Southeastern United States

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Southeastern United States
Population (2009)
 • Total 78,320,977
Time zone EST/CST
Dark red states are almost always included in definitions of the Southeastern United States. Light red states are considered "southeastern" with less frequency.

The Southeastern United States, colloquially referred to as the South, is the eastern portion of the Southern United States, and the southern portion of the Eastern United States.


There is no official Census Bureau definition of the southeastern United States. However, the Association of American Geographers defines the southeastern United States as Alabama, Florida, Georgia, Kentucky, Mississippi, North Carolina, South Carolina, Tennessee, Virginia, and West Virginia.1

Most populous states and cities as of 2013

The most populous state in the region is Florida (19,552,860),2 followed by Georgia (9,992,167),3 and North Carolina (9,848,060).4

Jacksonville, Charlotte, Memphis, Washington, and Baltimore are the largest cities in the region by population; Miami, Washington, Atlanta, Tampa and Charlotte are the most populous metropolitan areas in the region.



The predominant culture of the South has its origins with the settlement of the region by British colonists and African slaves in the 17th century, large groups of English, Scots and Ulster-Scots, Germans, French and Acadia.


The South has changed dramatically in the last two generations. In recent decades it has seen a boom in its service economy, manufacturing base, high technology industries, and the financial sector. Examples of this include the surge in tourism in Florida and along the Gulf Coast; numerous new automobile production plants such as Mercedes-Benz in Tuscaloosa, Alabama; Hyundai in Montgomery, Alabama; Toyota Motors in Blue Springs, Mississippi; Kia in West Point, Georgia; the BMW production plant in Greer, South Carolina; Volkswagen in Chattanooga, Tennessee; the GM manufacturing plant in Spring Hill, Tennessee; and the Nissan North American headquarters in Franklin, Tennessee; the two largest research parks in the country: Research Triangle Park in the Triangle area of North Carolina (the world's largest) and the Cummings Research Park in Huntsville, Alabama (the world's fourth largest); and the corporate headquarters of major banking corporations Bank of America in Charlotte; Regions Financial Corporation, AmSouth Bancorporation, and BBVA Compass in Birmingham; SunTrust Banks and the district headquarters of the Federal Reserve Bank of Atlanta; and BB&T in Winston-Salem, North Carolina. As well as the fortune 500 paper companies Georgia Pacific in Atlanta and International Paper, Verso Paper in Memphis and FedEx which is not a paper company but one of the worlds biggest shipping companies. The region is home many Fortune 500 companies including 20 in Virginia, 16 in Florida, 15 in North Carolina, and 14 in Georgia. This economic expansion has enabled parts of the South to boast of some of the lowest unemployment rates in the United States.5 Alabama is also home to a large-scale manufacturing project owned by the German steel megacorporation Thyssen-Krupp, which operates a massive, state-of-the-art facility in the Alabama port city of Mobile.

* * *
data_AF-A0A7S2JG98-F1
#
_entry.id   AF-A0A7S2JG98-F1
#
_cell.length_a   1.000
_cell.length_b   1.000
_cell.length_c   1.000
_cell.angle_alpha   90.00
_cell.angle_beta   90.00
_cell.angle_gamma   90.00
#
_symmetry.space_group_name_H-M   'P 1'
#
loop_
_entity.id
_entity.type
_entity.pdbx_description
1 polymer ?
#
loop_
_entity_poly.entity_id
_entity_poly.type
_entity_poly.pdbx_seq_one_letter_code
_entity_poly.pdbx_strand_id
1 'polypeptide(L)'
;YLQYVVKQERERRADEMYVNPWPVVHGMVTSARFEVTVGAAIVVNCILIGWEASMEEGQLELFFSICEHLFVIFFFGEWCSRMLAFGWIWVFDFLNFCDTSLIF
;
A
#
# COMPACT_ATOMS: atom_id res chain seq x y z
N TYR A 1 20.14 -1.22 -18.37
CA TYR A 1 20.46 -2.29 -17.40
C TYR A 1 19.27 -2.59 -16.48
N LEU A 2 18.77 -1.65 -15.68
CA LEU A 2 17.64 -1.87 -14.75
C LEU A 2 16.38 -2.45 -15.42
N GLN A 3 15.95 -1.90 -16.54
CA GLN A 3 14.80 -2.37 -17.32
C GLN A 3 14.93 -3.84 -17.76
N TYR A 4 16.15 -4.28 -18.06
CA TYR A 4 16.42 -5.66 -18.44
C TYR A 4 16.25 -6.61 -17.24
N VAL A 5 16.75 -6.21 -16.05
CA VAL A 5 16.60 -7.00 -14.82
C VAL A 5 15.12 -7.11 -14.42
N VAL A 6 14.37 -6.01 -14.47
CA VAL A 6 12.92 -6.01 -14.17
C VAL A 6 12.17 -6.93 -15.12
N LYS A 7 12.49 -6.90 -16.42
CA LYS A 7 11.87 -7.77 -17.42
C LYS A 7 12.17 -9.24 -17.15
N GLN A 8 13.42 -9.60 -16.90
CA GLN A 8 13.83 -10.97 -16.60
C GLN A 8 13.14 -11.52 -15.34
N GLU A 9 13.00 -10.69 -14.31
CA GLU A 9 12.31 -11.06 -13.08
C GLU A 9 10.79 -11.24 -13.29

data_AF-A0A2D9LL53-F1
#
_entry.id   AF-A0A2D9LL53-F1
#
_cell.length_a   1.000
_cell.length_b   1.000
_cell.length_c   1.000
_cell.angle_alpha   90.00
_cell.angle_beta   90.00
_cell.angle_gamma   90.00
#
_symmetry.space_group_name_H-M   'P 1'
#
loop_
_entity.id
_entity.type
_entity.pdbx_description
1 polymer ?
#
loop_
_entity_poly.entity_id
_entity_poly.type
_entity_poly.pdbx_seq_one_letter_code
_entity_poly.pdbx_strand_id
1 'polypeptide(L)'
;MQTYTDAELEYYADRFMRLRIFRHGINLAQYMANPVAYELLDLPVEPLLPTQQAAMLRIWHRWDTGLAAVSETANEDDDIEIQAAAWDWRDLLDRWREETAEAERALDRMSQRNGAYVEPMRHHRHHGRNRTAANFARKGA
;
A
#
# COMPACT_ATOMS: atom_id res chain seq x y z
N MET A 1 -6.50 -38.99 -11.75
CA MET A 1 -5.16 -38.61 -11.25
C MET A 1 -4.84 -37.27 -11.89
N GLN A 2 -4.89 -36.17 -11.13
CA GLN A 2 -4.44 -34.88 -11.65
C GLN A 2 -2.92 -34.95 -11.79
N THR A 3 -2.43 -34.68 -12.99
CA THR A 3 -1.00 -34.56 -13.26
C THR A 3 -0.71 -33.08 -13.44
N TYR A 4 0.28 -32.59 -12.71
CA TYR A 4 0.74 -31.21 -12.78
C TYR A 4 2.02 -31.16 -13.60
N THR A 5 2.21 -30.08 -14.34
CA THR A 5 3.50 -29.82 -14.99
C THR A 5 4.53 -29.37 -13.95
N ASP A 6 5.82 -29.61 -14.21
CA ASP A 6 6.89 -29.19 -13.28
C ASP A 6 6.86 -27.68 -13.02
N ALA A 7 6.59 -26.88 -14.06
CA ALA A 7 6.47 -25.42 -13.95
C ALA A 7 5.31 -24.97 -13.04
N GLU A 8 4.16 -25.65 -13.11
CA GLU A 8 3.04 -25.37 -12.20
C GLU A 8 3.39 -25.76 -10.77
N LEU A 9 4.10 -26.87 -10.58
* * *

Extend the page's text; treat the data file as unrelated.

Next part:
Higher education

The Southeastern United States is home to a number of prominent universities, with several large research universities of longstanding significance which exert some influence beyond the region.

Research Triangle Park, in the Raleigh-Durham urban area of North Carolina, has emerged as a major hub of technology, governmental and biotechnological research and development, as has the Virginia BioTechnology Research Park in Richmond. The Cummings Research Park in the Huntsville, Alabama, area is the second largest research complex in the nation. It is one of the biggest areas of aerospace engineering and missile defense technology.citation needed Huntsville is also home to Redstone Arsenal, United States Army Missile Command, the U.S. Space and Rocket Center, NASA's Marshall Space Flight Center and many other key government, military, and aerospace agencies. The National High Magnetic Field Laboratory in Tallahassee, Florida is the largest laboratory in the world devoted to the study of magnetism.citation needed The University of South Carolina is currently constructing a research campus in downtown Columbia, and the University is the nation’s only National Science Foundation-funded Industry/University Cooperative Research Center for Fuel Cells.6